# How do I prove that $\mathbb{Z}\left[\frac{1+\sqrt{-3}}{2}\right]$ is a PID?

I'm curious how to prove $$\mathbb{Z}[\frac{1+\sqrt{-3}}{2}]$$ is a PID. Before I get started proving this, I want to know a correct direction. Is it a good way to prove this by showing that the ring has a Dedekind-Hasse norm $$N$$ such that $$N(a+b\frac{1+\sqrt{-3}}{2})=a^2+ab+b^2$$. (Is it true?)

Moreover, is this ring a Euclidean domain? And if you know an article or page investigating this particular ring, please do me a favor tell me the link. Thank you in advance .

It goes generally the other way : you cross your finger and pray to find an euclidian function, so that your ring is euclidian, which implies that the ring is a PID.

Why wouldn't you consider $N(a + b \sqrt{-3} ) := a^2 + 3 b^2$ for $(a,b)\in\mathbf{Z}[\frac{1}{2}]$ and try to show that it is a euclidian function, using the fact that $\mathbf{Z}[\frac{1+\sqrt{-3}}{2}] = \{\frac{a}{2}+\frac{b}{2}\sqrt{-3}\;|\;a,b\in\mathbf{Z}, 2\textrm{ divides }b-a\}$ ?

Fact. Note $R$ your ring. Let $\alpha,\beta\in R$ such that $\beta\not=0$. Then you can find $\gamma,\delta\in R$ such that $\alpha = \gamma \beta + \delta$ and $N(\delta)<N(\beta)$. So $N$ is a euclidian function for $R$, showing that $R$ is a euclidian ring.

Proof. Note $\omega = \frac{1+\sqrt{-3}}{2}$. Write $\alpha = a_1 + a_2 \omega$ with the $a_i$'s in $\mathbf{Z}[\frac{1}{2}]$. Write $\beta = b_1 + b_2\omega$ in the same fashion. Now in $\mathbf{Q}(\sqrt{-3})$ you can write $\frac{\alpha}{\beta} = c_1 + c_2 \sqrt{-3}$ where $$c_1 = \frac{(2a_1+a_2)(2b_1 + b_2)+3a_2 b_2}{(2b_1 + b_2)^2 + 3 b_2^2}$$ and $$c_2 = \frac{a_2 (2b_1 + b_2)-b_2 (2a_1 + a_2)}{(2b_1 + b_2)^2 + 3b_s2^2}.$$ Choose $q_2 \in\mathbf{Z}$ such that $|2c_2 - q_2|\leq\frac{1}{2}$, which implies $|c_2 - \frac{q_2}{2}|\leq\frac{1}{4}$. Now choose $t\in\mathbf{Z}$ to be the closest integer to $c_1 - \frac{q_2}{2}$ and let $q_1 = 2t + q_2$. We have $|c_1 - \frac{q_1}{2}|\leq\frac{1}{2}$. Set $\gamma := \frac{q_1}{2} + \frac{q_2}{2} \sqrt{-3}$. Clearly $q_1 - q_2 = 2t$ is divisible by $2$ so that $\gamma \in R$. Now, let $\theta := (c_1 - \frac{q_1}{2}) + (c_2 - \frac{q_2}{2})\sqrt{-3}$ and let $\delta := \theta \beta$. Note that $\theta = \frac{\alpha}{\beta}-\gamma$ so that $\delta = \alpha - \gamma \beta$ is in $R$, and we have $\alpha = \gamma \beta + \delta$. We have one thing to show to conclude : that $N(\delta)<N(\beta)$. To do this, see that $N(\theta) = (c_1 - \frac{q_1}{2})^2 + 3(c_2 - \frac{q_2}{2})^2 \leq (1/2)^2 + 3(1/4)^2 = \frac{4+3}{16} < 1$ and remember that $N$ is a multiplicative function, as $N(z) = z\overline{z}$ for each $z$. $\square$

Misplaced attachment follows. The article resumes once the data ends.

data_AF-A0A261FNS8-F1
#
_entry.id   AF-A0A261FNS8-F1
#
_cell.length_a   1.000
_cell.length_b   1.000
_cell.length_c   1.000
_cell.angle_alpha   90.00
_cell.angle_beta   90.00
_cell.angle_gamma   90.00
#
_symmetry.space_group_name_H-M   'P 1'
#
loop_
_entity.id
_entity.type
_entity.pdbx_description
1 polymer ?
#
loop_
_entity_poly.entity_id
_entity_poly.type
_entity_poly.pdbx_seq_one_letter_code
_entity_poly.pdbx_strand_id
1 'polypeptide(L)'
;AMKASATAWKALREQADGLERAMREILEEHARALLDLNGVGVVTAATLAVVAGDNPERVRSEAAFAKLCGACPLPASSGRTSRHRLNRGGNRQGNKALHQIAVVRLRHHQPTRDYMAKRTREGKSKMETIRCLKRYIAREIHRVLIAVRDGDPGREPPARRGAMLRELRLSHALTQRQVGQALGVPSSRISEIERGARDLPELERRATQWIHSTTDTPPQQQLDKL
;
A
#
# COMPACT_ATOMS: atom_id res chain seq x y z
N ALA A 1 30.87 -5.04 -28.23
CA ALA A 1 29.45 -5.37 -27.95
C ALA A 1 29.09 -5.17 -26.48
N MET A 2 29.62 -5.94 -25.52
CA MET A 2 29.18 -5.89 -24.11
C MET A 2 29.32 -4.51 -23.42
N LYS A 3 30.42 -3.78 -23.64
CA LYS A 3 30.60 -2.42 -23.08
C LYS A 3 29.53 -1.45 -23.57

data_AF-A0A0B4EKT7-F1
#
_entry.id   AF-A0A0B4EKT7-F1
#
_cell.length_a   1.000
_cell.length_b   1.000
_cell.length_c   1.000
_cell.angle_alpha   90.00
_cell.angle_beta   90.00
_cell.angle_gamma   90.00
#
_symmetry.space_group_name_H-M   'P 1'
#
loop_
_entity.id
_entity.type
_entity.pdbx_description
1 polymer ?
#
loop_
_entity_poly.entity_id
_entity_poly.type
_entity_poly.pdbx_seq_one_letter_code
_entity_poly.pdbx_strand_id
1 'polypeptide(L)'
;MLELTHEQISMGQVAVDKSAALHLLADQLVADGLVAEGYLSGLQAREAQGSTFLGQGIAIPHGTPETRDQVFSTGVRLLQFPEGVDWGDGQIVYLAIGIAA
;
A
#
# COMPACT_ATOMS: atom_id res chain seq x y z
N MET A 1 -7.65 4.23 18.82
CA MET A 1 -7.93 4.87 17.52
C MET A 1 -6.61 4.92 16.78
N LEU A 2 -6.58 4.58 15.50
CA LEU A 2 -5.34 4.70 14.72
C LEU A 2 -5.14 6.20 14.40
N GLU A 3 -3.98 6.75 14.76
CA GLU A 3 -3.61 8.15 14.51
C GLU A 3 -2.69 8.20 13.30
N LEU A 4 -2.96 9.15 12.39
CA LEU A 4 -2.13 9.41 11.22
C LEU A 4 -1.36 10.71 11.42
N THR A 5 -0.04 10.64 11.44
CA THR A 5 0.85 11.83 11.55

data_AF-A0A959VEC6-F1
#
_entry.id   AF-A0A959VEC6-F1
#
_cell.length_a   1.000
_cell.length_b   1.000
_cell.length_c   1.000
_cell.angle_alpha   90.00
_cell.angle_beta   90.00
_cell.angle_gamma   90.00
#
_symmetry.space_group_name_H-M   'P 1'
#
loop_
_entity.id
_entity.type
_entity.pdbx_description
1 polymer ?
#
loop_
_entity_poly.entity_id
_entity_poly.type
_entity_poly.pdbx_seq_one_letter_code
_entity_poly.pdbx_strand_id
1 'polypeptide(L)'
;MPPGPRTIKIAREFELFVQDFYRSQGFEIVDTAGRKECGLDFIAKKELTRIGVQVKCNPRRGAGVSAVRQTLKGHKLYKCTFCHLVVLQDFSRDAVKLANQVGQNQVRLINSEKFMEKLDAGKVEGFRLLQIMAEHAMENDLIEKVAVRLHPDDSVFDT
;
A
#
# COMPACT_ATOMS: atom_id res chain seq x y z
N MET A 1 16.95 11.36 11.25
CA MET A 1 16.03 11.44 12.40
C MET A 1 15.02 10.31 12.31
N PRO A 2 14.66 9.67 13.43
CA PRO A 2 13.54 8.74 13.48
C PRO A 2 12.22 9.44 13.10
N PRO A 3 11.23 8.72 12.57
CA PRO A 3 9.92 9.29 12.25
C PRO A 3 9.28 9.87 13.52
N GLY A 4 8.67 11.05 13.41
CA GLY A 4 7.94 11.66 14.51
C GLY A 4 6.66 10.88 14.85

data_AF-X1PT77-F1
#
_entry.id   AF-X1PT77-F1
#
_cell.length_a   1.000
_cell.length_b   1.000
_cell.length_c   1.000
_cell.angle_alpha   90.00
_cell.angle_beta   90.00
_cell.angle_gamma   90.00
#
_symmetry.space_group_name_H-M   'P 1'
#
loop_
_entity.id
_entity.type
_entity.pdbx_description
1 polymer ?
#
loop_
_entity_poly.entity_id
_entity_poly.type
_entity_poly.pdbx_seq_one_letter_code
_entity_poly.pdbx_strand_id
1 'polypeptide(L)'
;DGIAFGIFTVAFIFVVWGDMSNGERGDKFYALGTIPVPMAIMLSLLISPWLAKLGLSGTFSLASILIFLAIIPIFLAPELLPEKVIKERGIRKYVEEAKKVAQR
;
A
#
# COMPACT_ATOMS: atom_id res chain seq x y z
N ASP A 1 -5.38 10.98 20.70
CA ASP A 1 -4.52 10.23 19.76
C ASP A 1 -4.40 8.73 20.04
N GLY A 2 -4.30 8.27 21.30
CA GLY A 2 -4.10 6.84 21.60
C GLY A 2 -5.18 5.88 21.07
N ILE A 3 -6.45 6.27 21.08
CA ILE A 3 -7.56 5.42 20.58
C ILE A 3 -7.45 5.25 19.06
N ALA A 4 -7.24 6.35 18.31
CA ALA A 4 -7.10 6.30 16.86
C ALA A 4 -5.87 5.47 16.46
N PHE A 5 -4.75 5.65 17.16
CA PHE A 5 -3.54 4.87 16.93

Remark. The fact that a euclidian domain is a PID is standard. Mimic the proof you've surely have already seen for $\mathbf{Z}$.

• I don't get it. Isn't $\mathbb{Z}[\sqrt{3}]$ strictly smaller than $\mathbb{Z}[\frac{1+\sqrt{-3}}{2}]$? Feb 24, 2015 at 20:03
• It is, yes, but there is not problem. Feb 24, 2015 at 20:06
• I will soon edit my answer, with a proof of the fact that $N$ is a euclidian function indeed. Feb 24, 2015 at 20:10
• Done, edited my answer Feb 24, 2015 at 20:25
• I think it would have been much great to say $N(\alpha)$ is indeed an absolute value of $\alpha$. Feb 25, 2015 at 15:20

Write $$\omega=1/2+1/2\sqrt{-3}$$. I will give an alternative way to show that the norm function $$N(x+iy)=x^2+y^2$$ is a Euclidean function for $$\mathbb Z[\omega]$$.

Let $$\alpha,\beta\in\mathbb Z[\omega]$$ with $$\beta\neq 0$$. We need find $$q,r\in\mathbb Z[\omega]$$ such that $$\alpha=q\beta+r$$ and $$N(r). Note that since $$N$$ is multiplicative and defined on all of $$\mathbb C$$, the above is equivalent to showing that $$N(\alpha/\beta-q)<1$$.

Write $$\alpha/\beta=x+iy$$ with $$x,y\in\mathbb Q$$. Let $$a=\lfloor x\rfloor$$ and $$b=\lfloor y/\sqrt{3}\rfloor$$. Let $$r=a+b\sqrt{3}i$$. Note that $$N(\alpha/\beta-r)=N(x+iy-a-b\sqrt{3}i)=(x-a)^2+(y-b\sqrt{3})^2.$$ Since $$(y-b\sqrt 3)^2=3(y\sqrt 3-b)^2\leq 3\cdot 1/4=3/4$$ and $$(x-a)^2\leq 1/4$$. we see that $$N(\alpha/\beta-r)\leq 1$$. So if $$N(\alpha/\beta-r)<1$$ we are done. If $$N(\alpha/\beta-r)=1$$ then note that we must have $$x=m+1/2$$ and $$y/\sqrt{3}=n+1/2$$ with $$m,n\in\mathbb Z$$. Note also that since $$\sqrt{-3}=2\omega-1$$, we have $$\alpha/\beta=m+1/2+(n+1/2)\sqrt{-3}=m+1/2+(n+1/2)(2\omega-1)=m-n+(2n+1)\omega.$$ Thus $$\alpha/\beta\in\mathbb Z[\omega]$$, so in that case we can just take $$r=\alpha/\beta$$.

We conclude that $$N$$ is indeed a Euclidean function, and therefore $$\mathbb Z[\omega]$$ is a Euclidean domain, and hence in particular a PID.